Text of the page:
The loveliness and thoughtfulness woven throughout the service were extraordinary. Though all weddings are unique, showing forth their own distinct visions of “a most beautiful and wonderful day,” I don’t think I have ever seen a ceremony that showed such ordered gracefulness. But though the theological and aesthetic richness of the service deserves its own chronicle, my interest here is elsewhere.
For years now I have been pursuing the question, “How do students learn to connect what they believe about the world, with how they live in the world?” (My two earlier Boundless columns have explored this in different ways.) That question can legitimately take the conversation into a thousand different directions, as it is as interested in philosophical debates as it is psychological dynamics, in questions of both calling and career, in academic as well as relational responsibilities. Everything under the sun … from the most public commitments to the most personal concerns is written into the way that we connect what we believe with how we live — a worldview with a way of life.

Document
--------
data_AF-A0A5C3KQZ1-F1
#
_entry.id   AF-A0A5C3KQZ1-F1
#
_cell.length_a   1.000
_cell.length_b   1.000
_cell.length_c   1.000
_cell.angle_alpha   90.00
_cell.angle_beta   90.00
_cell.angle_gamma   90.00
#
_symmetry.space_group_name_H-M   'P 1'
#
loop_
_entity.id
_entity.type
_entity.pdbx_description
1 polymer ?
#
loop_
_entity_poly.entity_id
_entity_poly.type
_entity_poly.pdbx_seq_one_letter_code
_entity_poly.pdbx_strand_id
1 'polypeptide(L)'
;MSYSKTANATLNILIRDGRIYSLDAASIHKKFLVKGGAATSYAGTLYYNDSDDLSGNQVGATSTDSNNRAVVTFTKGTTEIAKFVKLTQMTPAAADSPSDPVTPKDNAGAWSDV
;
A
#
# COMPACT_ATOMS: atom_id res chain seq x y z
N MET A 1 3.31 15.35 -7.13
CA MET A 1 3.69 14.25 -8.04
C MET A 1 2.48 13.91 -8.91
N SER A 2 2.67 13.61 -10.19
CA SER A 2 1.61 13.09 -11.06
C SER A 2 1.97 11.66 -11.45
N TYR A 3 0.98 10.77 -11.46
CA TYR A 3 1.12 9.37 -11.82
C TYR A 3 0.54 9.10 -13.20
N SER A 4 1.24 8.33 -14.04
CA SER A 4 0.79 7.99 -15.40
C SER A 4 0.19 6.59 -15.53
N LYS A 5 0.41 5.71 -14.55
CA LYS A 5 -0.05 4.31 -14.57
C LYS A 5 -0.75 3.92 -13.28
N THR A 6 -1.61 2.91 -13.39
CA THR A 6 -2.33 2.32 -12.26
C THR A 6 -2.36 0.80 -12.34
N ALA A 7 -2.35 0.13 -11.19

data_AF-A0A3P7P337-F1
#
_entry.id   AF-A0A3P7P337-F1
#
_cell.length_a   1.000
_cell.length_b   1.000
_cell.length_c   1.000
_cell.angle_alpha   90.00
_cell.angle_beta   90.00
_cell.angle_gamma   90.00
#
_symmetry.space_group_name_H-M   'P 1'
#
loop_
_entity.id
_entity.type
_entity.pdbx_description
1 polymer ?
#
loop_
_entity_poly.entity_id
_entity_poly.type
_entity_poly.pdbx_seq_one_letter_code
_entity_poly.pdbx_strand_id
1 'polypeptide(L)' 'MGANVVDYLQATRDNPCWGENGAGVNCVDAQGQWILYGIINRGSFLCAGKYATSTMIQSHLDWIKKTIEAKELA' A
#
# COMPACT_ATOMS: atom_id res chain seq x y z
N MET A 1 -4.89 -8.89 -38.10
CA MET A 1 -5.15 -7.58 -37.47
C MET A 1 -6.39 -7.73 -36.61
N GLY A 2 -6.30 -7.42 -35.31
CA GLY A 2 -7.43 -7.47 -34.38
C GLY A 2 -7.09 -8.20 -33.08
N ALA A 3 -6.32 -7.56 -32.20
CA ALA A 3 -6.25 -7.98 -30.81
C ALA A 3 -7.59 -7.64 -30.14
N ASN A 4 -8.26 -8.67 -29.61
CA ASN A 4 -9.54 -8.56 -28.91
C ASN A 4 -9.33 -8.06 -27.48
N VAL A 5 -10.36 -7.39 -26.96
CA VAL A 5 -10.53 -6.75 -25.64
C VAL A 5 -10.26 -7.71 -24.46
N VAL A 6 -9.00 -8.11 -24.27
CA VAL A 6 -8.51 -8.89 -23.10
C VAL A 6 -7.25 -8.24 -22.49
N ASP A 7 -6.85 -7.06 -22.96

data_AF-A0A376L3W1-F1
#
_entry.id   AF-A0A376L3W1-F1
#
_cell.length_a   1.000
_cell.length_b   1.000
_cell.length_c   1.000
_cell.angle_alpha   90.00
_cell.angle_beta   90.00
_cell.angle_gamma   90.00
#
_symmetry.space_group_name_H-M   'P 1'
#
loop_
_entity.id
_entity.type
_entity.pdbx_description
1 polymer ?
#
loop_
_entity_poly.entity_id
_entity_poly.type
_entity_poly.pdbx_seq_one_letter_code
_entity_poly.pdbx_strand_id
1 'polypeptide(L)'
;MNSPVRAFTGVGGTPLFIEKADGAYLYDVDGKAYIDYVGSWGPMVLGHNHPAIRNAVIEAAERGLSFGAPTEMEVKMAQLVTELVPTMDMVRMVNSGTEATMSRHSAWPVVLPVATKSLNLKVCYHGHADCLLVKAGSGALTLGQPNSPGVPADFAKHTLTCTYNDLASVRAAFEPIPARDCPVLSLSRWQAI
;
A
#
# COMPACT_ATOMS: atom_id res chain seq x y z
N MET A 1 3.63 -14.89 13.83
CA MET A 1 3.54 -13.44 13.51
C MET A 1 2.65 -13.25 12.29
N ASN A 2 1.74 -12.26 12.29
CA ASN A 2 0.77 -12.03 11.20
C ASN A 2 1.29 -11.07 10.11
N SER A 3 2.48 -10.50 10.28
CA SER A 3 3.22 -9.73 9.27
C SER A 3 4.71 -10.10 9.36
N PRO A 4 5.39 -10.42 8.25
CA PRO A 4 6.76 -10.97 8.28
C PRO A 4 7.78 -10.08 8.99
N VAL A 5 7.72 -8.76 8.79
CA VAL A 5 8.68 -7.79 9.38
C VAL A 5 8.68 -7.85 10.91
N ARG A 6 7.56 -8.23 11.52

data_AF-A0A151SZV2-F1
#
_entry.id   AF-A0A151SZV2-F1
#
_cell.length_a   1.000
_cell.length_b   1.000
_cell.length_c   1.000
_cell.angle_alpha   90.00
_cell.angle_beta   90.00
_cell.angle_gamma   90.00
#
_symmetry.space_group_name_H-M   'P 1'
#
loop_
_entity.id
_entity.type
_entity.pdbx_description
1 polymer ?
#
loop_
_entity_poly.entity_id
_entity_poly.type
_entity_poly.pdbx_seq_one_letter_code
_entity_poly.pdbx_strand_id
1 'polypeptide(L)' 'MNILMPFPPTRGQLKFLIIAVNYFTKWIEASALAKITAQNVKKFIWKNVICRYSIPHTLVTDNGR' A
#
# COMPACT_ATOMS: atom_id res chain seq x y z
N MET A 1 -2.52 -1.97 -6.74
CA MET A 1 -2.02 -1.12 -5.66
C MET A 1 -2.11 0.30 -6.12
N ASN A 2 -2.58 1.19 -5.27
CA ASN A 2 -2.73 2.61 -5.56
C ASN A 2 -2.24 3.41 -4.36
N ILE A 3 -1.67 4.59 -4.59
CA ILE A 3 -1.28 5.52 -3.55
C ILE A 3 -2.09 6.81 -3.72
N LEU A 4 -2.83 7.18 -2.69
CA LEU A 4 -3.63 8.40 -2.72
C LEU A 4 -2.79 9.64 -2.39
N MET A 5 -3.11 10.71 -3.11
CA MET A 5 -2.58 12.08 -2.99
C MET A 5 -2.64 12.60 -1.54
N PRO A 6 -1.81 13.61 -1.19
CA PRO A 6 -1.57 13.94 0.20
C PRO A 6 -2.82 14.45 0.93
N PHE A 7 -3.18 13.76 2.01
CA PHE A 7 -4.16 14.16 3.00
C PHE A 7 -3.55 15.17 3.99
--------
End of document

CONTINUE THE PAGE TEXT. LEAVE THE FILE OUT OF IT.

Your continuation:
Here is the issue: the longer I listen to students, the surer I am that it is in their relationships that their deepest beliefs are most clearly seen — especially the relationships between males and females.
Hardly a week goes by that I don’t talk to some 18 year old or 25 year old about “relationships.” This has been true for 20-plus years, and so I have had LOTS of conversations. The stories are always different, but there are inevitably some common themes. Laughter. Longing. Pain. Anguish. Hopes. Dreams. In some combination they are always there, finding one more creative way to be expressed in a relationship between a young man and young woman. And I have listened and listened again.